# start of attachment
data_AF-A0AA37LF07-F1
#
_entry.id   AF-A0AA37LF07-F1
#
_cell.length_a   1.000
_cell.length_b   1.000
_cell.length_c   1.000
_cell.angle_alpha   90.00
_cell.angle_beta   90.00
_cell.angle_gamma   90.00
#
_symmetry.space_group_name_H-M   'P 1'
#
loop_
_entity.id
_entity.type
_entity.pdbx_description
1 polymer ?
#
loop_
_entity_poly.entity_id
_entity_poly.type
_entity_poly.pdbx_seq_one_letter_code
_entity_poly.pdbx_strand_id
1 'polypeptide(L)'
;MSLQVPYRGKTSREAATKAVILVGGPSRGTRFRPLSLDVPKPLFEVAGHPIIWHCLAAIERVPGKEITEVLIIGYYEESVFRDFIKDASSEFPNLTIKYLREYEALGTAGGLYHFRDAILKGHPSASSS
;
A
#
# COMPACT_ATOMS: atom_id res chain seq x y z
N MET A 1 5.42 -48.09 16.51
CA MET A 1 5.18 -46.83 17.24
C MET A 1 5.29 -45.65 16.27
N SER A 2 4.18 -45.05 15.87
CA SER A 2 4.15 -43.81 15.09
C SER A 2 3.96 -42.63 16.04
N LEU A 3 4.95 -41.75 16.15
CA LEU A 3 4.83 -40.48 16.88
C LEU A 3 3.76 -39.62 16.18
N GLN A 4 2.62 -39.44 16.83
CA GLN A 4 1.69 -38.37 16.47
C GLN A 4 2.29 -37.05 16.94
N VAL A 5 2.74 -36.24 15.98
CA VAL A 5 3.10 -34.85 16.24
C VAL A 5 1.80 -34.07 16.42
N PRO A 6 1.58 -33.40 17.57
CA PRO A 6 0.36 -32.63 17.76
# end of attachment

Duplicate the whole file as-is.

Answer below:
data_AF-A0AA37LF07-F1
#
_entry.id   AF-A0AA37LF07-F1
#
_cell.length_a   1.000
_cell.length_b   1.000
_cell.length_c   1.000
_cell.angle_alpha   90.00
_cell.angle_beta   90.00
_cell.angle_gamma   90.00
#
_symmetry.space_group_name_H-M   'P 1'
#
loop_
_entity.id
_entity.type
_entity.pdbx_description
1 polymer ?
#
loop_
_entity_poly.entity_id
_entity_poly.type
_entity_poly.pdbx_seq_one_letter_code
_entity_poly.pdbx_strand_id
1 'polypeptide(L)'
;MSLQVPYRGKTSREAATKAVILVGGPSRGTRFRPLSLDVPKPLFEVAGHPIIWHCLAAIERVPGKEITEVLIIGYYEESVFRDFIKDASSEFPNLTIKYLREYEALGTAGGLYHFRDAILKGHPSASSS
;
A
#
# COMPACT_ATOMS: atom_id res chain seq x y z
N MET A 1 5.42 -48.09 16.51
CA MET A 1 5.18 -46.83 17.24
C MET A 1 5.29 -45.65 16.27
N SER A 2 4.18 -45.05 15.87
CA SER A 2 4.15 -43.81 15.09
C SER A 2 3.96 -42.63 16.04
N LEU A 3 4.95 -41.75 16.15
CA LEU A 3 4.83 -40.48 16.88
C LEU A 3 3.76 -39.62 16.18
N GLN A 4 2.62 -39.44 16.83
CA GLN A 4 1.69 -38.37 16.47
C GLN A 4 2.29 -37.05 16.94
N VAL A 5 2.74 -36.24 15.98
CA VAL A 5 3.10 -34.85 16.24
C VAL A 5 1.80 -34.07 16.42
N PRO A 6 1.58 -33.40 17.57
CA PRO A 6 0.36 -32.63 17.76